Known Unknowns and the Coffee Conundrum

“There are known knowns. These are things we know that we know. There are known unknowns. That is to say, there are things that we know we don’t know. But there are also unknown unknowns. There are things we don’t know we don’t know.” — Donald Rumsfeld, 2009

Sometimes in your business you face known unknowns, those things you can’t figure out. They’re distinguished from unknown unknowns because known unknowns are, well, known problems or issues.

I’m really not trying to traffic in tongue twisters here. My point is that sometimes in business you know you have a problem, but you can’t figure out why.

This brings up coffee. It will help me illustrate my point.

Why sensitive teeth hide secrets

Sometimes coffee (iced coffee or hot) is more than your morning salvation. Sometimes it can unlock a mystery very much needing to be unlocked.

I have sensitive teeth. So do millions of other people. For years dentists have told me to use sensitive toothpaste, which I’ve done. Religiously. Twice a day. And I added antiseptic mouthwash and flossing for good measure.

Nothing. My teeth are as sensitive today and they were a few years back when I started my whole oral regimen. In fact, they might even be a little more sensitive.

I was scratching my head. I was facing a known unknown. I knew there was a reason my teeth weren’t getting better, but I didn’t know why. Was it operator error? Was I eating the wrong kinds of foods? Was it just a bad roll of the genetic dice?

None of the above, as it turns out.

The culprit in the cupboard

I spoke to my dentist about my sensitivity problem once again recently. After she gave me suggestions for things I’ve already been doing, I decided to keep probing until I got some news I could use. We had this conversation:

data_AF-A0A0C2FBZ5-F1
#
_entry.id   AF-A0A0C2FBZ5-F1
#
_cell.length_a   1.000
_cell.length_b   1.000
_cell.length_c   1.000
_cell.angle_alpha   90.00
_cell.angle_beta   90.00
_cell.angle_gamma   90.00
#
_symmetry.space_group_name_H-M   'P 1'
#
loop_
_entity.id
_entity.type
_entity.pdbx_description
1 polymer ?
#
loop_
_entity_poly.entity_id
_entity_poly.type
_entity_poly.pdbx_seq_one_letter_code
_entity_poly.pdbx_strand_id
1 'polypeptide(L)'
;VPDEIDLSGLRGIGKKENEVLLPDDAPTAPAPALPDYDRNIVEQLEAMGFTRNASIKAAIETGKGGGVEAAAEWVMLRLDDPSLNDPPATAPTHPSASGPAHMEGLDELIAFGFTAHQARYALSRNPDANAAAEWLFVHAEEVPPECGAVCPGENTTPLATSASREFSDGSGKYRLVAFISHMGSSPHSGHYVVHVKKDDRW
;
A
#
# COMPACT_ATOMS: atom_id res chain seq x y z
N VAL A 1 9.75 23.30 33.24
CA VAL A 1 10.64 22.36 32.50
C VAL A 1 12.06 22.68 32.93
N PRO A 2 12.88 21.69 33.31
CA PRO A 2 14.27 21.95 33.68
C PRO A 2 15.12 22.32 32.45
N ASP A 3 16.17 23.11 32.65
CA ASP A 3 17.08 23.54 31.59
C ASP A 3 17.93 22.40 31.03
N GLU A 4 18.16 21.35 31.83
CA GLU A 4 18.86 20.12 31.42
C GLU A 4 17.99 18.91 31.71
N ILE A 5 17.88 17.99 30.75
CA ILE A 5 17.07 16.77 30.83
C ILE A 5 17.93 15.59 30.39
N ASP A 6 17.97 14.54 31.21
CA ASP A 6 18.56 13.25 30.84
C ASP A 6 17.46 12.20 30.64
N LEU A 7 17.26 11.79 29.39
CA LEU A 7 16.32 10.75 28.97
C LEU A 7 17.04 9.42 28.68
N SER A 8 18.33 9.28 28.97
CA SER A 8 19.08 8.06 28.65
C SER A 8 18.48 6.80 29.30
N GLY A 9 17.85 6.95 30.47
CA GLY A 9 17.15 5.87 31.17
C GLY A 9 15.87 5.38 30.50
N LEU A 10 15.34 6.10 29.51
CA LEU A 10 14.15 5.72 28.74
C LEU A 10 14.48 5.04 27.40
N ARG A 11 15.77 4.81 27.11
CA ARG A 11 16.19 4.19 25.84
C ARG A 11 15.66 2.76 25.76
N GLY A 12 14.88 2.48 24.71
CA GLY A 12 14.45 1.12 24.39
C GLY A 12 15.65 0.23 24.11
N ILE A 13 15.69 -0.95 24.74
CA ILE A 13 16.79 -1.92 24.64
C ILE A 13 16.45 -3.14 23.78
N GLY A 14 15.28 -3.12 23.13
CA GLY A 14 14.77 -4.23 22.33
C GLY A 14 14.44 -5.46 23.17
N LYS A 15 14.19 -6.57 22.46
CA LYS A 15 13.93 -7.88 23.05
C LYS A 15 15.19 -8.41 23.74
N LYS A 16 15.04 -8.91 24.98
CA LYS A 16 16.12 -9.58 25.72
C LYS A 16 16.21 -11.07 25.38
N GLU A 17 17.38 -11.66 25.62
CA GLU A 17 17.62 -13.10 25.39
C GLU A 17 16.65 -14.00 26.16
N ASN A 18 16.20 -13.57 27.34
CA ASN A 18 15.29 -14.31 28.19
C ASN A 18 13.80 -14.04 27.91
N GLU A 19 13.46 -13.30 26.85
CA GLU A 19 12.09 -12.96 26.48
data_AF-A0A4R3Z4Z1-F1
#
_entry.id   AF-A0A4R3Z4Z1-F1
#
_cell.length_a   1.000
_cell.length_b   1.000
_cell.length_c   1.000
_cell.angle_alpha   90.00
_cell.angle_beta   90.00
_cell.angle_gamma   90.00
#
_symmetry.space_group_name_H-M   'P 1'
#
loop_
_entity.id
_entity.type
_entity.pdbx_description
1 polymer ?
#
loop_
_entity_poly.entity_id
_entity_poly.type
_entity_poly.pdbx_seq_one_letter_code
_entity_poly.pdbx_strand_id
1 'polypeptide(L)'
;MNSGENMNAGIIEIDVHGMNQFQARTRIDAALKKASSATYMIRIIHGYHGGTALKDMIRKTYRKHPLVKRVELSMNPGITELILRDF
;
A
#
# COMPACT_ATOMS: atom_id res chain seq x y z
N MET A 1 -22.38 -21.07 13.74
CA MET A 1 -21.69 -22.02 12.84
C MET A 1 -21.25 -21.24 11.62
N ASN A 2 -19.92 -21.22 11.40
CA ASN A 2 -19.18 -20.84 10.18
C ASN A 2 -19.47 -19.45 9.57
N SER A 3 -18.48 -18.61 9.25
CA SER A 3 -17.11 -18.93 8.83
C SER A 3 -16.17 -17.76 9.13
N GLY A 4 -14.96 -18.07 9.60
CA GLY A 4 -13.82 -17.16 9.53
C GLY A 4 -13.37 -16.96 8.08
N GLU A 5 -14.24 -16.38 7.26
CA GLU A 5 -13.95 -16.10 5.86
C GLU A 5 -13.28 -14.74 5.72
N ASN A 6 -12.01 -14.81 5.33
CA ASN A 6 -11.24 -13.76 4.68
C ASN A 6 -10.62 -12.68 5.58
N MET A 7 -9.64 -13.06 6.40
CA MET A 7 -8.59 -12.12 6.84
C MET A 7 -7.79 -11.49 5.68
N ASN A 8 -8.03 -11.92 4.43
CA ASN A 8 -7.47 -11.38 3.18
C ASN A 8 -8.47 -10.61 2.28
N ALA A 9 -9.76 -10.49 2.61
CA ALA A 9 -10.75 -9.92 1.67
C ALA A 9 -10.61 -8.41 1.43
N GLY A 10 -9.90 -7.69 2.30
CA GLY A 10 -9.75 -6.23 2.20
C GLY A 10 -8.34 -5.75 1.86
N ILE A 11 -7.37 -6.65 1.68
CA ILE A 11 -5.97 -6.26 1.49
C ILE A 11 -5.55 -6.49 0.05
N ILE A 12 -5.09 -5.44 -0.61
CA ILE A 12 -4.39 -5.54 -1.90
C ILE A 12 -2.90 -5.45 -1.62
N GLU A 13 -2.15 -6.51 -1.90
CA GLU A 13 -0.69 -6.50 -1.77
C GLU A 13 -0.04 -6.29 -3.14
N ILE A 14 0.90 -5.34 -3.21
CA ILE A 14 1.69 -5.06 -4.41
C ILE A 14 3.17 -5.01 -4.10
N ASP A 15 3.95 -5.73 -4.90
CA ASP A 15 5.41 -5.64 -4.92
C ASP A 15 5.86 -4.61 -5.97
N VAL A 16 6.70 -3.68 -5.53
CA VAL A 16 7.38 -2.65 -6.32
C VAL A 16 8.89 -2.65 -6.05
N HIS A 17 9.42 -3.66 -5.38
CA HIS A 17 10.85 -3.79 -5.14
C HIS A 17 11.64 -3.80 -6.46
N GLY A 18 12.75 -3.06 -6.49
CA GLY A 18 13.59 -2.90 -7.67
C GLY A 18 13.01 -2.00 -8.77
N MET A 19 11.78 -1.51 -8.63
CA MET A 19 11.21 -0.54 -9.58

“My teeth are still sensitive. It feels like a jolt of electricity races up my skull whenever I eat anything too cold.”

“Maybe your enamel is soft.”

“What could be causing that? Sugar?”

“Acid breaks down tooth enamel.”

“And what could be causing the acid?”

“Something acidic you drink.”

“I drink coffee and tea.”

“That could be it. Do you drink them throughout the day?”

“Yes. Why?”

And so on and so forth. She informed me that coffee and tea are acidic, and it takes your enamel several hours to recover once you have a cup of joe. Because I wasn’t allowing enough time between caffeinated indulgences, the enamel on my teeth never got the chance to recover from the shock of the high pH. Hence my continually sensitive teeth, despite the sensitive teeth toothpaste.

Now I know what’s causing the problem and what I need to do about it: Don’t drink coffee throughout the day, but only at certain intervals.

Getting to known knowns

What’s the biggest known unknown facing your business today?

When it comes to your branding, there may be signs of trouble, like an erosion in your customer base. (That’s the known.) But you may not know the cause of the trouble so you can course correct. (That’s the unknown.)

Your objective as a leader working with a brand strategist is to turn the known unknown into a known known.

How do you do that? Start at the beginning with diagnostic questions and go from obvious to not-so-obvious.

For example, if you’re not getting the expected/normal amount of leads from your website, it could be any number of things. But start with a simple question:

What is everything that needs to happen for us to get a lead?

Now, I’m not just talking philosophically (e.g., we need to offer what customers want), but also operationally (e.g., our lead form needs to be working properly). Make a list of everything that goes into getting your desired result and then go down the list.

If you still can’t pinpoint the problem, it means that you’re missing something important. Get some outside perspective. Talk to customers. Talk to your vendors (if applicable).

Solutions are available. But first you need to get to the heart of the matter. Your brand will thank you for it.

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